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Definition: badger from Collins English Dictionary

n 1 any of various stocky omnivorous musteline mammals of the subfamily Melinae, such as Meles meles (Eurasian badger), occurring in Europe, Asia, and North America: order Carnivora (carnivores). They are typically large burrowing animals, with strong claws and a thick coat striped black and white on the head Compare ferret badger hog badger

2 honey badger another name for ratel ▷vb

3 (tr) to pester or harass

[C16: variant of badgeard, probably from badge (from the white mark on its forehead) + -ard]


Summary Article: badger from The Hutchinson Unabridged Encyclopedia with Atlas and Weather Guide

Large mammal of the weasel family. It has molar teeth of a crushing type adapted to a partly vegetable diet, and short strong legs with long claws suitable for digging. The Eurasian common badgerMeles meles is about 1 m/3 ft long, with long, coarse, greyish hair on the back, and a white face with a broad black stripe along each side. Mainly a woodland animal, it is harmless and nocturnal, and spends the day in a system of burrows called a ‘sett’. Earthworms make up 90% of the badger's diet but it also feeds on roots, a variety of fruits and nuts, insects, mice, and young rabbits.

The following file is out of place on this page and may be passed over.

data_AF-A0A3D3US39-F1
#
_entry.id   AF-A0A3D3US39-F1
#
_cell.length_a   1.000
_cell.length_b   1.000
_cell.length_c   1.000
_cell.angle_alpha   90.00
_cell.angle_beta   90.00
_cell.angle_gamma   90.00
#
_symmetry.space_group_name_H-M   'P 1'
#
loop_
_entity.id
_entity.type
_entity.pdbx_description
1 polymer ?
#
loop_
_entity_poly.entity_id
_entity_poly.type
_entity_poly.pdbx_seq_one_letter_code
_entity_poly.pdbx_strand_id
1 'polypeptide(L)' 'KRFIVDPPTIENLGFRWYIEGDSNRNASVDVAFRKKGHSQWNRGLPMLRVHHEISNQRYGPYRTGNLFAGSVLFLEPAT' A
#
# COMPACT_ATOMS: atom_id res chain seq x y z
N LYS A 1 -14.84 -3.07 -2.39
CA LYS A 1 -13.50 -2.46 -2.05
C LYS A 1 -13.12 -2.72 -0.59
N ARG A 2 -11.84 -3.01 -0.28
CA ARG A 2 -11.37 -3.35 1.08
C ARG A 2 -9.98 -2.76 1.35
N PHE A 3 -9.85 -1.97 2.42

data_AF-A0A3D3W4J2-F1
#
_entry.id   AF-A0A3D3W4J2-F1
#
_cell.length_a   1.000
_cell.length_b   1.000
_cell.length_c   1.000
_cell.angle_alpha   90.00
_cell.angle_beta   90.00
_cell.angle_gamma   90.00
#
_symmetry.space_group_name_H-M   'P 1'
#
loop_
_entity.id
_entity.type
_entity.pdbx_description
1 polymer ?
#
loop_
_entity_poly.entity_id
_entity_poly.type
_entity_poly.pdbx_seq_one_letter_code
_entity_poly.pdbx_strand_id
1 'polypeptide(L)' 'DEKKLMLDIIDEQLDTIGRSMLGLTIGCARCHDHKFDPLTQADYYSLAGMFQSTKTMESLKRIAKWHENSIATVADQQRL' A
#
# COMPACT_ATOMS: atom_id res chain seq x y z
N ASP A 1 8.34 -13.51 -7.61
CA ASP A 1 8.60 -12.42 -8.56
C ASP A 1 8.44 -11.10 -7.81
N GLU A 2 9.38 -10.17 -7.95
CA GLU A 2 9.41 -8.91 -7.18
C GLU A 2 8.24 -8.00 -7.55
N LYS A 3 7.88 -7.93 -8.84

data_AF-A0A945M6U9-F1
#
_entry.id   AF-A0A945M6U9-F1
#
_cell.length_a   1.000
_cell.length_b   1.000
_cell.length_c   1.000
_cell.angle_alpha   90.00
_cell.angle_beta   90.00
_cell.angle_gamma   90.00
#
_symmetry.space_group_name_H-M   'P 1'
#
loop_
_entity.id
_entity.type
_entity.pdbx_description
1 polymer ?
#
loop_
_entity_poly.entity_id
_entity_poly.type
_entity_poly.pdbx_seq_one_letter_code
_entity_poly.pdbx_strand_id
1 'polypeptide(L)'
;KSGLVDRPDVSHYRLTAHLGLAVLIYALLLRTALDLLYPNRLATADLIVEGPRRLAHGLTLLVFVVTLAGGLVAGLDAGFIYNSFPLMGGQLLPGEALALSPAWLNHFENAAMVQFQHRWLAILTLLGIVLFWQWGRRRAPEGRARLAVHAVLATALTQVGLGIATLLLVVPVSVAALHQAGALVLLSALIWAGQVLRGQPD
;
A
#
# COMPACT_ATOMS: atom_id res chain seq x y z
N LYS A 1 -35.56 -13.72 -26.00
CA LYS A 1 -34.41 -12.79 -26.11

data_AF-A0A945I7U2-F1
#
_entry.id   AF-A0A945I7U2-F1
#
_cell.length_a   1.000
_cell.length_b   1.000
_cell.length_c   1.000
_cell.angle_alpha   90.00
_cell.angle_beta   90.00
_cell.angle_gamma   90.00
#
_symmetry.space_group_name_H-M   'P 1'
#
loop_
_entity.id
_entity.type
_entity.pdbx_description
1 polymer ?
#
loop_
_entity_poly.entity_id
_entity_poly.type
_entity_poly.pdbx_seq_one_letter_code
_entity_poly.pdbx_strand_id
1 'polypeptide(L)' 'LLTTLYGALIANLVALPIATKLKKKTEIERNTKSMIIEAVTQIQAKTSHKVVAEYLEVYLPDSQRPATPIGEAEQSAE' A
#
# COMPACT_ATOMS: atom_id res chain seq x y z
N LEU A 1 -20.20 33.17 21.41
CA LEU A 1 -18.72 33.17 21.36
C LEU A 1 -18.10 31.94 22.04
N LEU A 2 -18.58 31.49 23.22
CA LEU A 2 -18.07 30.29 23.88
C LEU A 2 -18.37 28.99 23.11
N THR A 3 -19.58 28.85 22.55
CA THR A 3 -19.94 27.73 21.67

The Eurasian badger lives for up to 15 years. It mates February to March, and again July to September if the earlier mating has not resulted in fertilization. Implantation of the blastocyst (early embryo) is however delayed until December. Cubs are born January to March, and remain below ground for eight weeks. They remain with the sow at least until autumn.

The American badgerTaxidea taxus is slightly smaller than the Eurasian badger, and lives in open country in North America. Various species of hog badger, ferret badger, and stink badger occur in South and East Asia, the last having the well-developed anal scent glands characteristic of the weasel family.

Between 1989 and 1997 the British badger population increased by 70%. In 1998 the Ministry of Agriculture, Fisheries and Food (MAFF) announced approval of an experiment suggested by the Krebs report Bovine Tuberculosis in Badgers, in which an estimated 10,000 badgers were culled in an attempt to establish once and for all if badgers do transmit bovine TB to cattle. In designated areas where TB incidence is highest, all badgers were culled (known as proactive culling); in other selected areas badgers were to be culled only if an outbreak of TB were to occur (reactive culling); and in control areas there was to be no culling even in the event of an outbreak. In June 2007, the Independent Scientific Group on Cattle TB released its final report on these experiments in which it concluded that culling badgers is not useful for the management of bovine TB.

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